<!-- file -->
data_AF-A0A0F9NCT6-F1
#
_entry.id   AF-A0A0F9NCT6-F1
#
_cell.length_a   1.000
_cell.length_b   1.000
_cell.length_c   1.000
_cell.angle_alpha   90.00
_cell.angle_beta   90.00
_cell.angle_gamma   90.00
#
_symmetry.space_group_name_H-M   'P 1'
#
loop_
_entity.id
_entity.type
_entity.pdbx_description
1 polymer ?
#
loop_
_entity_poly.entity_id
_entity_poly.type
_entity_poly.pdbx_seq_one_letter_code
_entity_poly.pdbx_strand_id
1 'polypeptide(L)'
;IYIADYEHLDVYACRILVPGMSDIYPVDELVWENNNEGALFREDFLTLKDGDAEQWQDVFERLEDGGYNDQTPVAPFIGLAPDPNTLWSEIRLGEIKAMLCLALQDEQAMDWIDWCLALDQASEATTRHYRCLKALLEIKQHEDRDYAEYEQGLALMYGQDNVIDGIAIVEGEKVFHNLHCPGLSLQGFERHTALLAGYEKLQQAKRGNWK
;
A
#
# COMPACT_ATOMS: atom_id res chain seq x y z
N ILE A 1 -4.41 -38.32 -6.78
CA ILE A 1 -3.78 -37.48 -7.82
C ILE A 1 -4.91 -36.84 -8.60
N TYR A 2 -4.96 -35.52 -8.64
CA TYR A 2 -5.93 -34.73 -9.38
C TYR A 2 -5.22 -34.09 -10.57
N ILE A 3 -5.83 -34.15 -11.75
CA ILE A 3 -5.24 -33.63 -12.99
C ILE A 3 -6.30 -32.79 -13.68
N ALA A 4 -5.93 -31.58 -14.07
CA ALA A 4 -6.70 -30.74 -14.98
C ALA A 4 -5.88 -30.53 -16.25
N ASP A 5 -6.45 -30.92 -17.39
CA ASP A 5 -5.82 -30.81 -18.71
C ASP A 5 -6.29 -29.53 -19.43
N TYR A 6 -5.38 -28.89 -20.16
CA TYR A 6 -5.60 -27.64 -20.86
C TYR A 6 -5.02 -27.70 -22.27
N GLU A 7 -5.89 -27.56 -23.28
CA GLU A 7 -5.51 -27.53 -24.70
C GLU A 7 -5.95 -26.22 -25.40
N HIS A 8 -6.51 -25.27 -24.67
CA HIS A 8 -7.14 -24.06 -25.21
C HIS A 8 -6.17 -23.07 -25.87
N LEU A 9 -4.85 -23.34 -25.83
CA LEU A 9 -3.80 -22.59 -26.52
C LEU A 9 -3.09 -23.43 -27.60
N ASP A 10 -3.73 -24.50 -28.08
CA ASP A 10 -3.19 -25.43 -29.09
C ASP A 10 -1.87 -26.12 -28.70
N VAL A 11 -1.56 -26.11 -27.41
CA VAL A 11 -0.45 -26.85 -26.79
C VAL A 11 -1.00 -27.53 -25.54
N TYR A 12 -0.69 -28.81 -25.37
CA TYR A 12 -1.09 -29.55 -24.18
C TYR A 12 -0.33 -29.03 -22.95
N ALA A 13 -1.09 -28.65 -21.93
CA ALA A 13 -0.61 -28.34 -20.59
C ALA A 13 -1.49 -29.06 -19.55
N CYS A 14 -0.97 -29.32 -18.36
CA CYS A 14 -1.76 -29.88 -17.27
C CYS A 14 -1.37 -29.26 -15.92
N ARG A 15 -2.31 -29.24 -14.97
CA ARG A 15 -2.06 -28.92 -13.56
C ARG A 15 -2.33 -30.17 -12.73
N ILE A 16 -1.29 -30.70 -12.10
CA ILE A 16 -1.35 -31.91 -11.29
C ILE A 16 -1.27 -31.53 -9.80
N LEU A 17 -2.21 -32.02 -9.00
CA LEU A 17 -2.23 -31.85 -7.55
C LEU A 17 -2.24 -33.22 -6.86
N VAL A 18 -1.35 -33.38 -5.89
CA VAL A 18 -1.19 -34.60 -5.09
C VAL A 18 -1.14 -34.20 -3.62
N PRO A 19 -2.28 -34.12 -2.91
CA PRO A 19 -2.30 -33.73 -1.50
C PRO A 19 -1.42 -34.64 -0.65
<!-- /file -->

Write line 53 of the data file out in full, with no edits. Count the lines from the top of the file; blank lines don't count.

CA HIS A 8 -7.14 -24.06 -25.21